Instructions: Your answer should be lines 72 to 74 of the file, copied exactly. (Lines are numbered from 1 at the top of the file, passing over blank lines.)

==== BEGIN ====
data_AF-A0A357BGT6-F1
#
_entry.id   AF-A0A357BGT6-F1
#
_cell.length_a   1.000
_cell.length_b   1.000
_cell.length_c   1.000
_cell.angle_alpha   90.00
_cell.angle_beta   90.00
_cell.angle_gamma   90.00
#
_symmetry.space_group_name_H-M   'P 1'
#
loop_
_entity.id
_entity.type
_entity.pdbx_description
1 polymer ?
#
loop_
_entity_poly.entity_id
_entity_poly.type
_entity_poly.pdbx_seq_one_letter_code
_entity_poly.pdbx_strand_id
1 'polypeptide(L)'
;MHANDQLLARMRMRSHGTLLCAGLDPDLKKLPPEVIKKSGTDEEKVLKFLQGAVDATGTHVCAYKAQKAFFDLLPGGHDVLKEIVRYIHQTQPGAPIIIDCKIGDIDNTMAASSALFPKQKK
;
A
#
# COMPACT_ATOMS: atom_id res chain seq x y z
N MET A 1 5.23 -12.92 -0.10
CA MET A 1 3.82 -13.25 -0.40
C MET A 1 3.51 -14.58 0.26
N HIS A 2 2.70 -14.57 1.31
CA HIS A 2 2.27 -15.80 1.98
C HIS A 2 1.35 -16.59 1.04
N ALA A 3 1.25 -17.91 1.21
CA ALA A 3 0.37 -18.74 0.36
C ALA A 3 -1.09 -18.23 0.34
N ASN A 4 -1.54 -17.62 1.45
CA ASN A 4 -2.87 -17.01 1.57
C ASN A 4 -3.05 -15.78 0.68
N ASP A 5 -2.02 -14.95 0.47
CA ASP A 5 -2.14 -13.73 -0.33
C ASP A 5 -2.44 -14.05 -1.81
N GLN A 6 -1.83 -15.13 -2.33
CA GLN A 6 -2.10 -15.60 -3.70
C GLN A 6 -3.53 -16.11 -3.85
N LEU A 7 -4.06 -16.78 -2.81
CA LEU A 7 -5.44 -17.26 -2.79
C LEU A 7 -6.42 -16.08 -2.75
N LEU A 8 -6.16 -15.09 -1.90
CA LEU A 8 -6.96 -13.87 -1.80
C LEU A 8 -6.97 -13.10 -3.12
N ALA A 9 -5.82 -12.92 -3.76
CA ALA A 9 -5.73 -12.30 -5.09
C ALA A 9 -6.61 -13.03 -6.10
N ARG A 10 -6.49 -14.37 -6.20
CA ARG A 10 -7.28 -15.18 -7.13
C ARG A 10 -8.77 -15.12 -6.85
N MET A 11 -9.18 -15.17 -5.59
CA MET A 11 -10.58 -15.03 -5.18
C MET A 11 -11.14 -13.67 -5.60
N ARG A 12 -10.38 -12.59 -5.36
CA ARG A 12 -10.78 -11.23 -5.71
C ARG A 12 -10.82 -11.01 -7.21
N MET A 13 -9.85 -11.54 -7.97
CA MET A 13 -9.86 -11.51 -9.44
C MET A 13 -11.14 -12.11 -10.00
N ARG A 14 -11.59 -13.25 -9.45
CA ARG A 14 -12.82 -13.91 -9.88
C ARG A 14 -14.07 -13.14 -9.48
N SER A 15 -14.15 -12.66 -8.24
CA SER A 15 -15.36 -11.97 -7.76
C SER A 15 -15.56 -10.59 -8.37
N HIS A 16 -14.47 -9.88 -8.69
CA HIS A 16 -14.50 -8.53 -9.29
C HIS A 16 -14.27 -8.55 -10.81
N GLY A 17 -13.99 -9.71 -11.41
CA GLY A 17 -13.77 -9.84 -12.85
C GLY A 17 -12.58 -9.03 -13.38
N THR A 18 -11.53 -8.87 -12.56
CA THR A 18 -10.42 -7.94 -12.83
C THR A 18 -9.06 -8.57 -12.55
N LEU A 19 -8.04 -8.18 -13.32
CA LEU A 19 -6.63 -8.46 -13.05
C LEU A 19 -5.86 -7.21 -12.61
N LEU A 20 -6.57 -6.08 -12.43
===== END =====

C ARG A 14 -14.07 -13.14 -9.48
N SER A 15 -14.15 -12.66 -8.24
CA SER A 15 -15.36 -11.97 -7.76